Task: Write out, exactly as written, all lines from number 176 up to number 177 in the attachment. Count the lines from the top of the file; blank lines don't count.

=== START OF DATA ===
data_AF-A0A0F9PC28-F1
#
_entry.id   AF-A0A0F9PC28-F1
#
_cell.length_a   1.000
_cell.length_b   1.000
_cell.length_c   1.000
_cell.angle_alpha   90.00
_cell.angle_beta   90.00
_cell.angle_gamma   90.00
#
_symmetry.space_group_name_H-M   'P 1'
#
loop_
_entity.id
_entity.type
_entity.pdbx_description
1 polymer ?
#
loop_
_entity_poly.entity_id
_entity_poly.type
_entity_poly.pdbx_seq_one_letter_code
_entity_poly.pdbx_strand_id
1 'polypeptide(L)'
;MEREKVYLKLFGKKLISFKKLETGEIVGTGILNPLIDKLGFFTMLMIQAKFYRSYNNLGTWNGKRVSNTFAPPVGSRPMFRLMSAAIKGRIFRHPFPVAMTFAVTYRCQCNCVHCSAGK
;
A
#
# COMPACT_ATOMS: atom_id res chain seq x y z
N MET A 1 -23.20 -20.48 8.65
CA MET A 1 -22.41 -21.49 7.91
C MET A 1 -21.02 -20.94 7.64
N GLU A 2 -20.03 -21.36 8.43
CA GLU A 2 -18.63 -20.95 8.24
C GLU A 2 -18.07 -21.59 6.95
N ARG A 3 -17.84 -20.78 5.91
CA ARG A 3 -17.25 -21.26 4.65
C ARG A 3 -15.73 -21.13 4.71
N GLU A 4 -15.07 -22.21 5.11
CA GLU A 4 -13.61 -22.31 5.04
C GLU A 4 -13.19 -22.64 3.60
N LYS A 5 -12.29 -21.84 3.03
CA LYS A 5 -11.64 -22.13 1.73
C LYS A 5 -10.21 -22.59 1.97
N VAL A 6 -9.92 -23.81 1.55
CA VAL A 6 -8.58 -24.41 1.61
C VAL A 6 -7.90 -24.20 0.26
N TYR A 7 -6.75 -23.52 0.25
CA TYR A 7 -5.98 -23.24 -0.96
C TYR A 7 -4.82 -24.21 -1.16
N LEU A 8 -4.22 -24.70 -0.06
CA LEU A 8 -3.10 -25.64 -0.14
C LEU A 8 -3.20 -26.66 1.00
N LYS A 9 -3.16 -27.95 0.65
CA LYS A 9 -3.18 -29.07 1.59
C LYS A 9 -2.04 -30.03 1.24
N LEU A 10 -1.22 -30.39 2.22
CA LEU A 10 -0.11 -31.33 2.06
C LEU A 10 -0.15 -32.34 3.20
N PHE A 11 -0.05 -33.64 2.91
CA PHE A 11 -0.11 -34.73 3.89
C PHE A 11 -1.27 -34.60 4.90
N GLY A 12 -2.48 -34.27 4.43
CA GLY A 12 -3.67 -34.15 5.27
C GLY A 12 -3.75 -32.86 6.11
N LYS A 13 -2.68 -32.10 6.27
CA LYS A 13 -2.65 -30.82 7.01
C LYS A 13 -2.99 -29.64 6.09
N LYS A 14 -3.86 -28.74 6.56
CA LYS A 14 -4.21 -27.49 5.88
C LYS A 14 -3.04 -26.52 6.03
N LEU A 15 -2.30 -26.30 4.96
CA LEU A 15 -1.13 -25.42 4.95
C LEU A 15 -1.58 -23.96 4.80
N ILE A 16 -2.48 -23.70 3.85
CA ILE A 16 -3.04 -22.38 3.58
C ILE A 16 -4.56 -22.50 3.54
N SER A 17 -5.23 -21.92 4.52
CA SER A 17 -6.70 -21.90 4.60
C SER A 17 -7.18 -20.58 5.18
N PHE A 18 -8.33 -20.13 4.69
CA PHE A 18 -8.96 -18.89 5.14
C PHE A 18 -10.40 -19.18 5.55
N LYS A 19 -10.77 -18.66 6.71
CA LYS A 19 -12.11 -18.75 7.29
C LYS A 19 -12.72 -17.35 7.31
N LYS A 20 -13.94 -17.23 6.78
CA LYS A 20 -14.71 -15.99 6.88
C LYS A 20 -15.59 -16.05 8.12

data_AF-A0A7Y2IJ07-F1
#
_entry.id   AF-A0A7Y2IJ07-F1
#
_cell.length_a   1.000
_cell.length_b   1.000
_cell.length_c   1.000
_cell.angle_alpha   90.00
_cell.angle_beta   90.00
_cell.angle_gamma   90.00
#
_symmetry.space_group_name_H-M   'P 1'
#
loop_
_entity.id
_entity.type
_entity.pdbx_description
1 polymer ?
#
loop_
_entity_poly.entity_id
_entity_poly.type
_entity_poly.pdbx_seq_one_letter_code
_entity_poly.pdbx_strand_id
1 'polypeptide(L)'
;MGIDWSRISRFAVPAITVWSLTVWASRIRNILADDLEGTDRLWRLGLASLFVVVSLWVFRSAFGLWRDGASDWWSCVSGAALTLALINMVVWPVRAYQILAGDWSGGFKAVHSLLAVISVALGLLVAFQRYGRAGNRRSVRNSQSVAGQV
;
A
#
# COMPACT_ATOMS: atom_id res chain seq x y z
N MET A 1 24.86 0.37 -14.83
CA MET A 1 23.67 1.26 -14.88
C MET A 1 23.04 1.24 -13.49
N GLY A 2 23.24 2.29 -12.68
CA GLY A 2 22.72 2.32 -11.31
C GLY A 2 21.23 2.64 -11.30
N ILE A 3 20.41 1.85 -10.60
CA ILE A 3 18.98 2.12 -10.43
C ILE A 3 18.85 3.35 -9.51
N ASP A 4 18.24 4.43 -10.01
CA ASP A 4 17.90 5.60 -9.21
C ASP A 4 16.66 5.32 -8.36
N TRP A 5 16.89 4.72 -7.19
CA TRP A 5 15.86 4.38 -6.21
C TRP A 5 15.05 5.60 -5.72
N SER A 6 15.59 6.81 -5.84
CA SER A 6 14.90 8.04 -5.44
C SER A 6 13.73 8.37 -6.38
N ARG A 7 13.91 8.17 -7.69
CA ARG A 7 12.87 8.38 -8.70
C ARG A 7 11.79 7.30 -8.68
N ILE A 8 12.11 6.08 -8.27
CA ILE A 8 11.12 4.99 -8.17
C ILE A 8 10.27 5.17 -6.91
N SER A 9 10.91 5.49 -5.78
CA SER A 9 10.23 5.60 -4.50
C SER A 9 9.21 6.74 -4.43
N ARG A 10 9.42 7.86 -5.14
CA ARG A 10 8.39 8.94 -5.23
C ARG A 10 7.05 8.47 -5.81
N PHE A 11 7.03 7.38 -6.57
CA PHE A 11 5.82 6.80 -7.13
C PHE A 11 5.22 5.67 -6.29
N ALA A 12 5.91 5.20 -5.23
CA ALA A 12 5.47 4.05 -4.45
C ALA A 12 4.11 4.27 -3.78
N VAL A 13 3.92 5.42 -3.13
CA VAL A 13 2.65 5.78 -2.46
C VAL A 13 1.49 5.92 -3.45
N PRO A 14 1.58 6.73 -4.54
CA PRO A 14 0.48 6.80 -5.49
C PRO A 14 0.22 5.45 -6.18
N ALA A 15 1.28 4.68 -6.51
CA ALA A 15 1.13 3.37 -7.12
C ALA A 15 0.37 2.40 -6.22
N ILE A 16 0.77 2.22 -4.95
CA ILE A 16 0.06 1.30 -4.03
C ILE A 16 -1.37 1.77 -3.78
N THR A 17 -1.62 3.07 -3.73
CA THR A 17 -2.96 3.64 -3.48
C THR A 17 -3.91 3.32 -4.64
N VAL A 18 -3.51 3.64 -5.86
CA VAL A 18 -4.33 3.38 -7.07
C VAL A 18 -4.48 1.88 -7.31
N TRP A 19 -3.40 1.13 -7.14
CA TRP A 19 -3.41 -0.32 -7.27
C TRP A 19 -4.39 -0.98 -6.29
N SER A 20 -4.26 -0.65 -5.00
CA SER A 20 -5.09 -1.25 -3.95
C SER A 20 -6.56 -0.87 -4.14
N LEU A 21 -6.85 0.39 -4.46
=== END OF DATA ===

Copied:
CA TRP A 19 -3.41 -0.32 -7.27
C TRP A 19 -4.39 -0.98 -6.29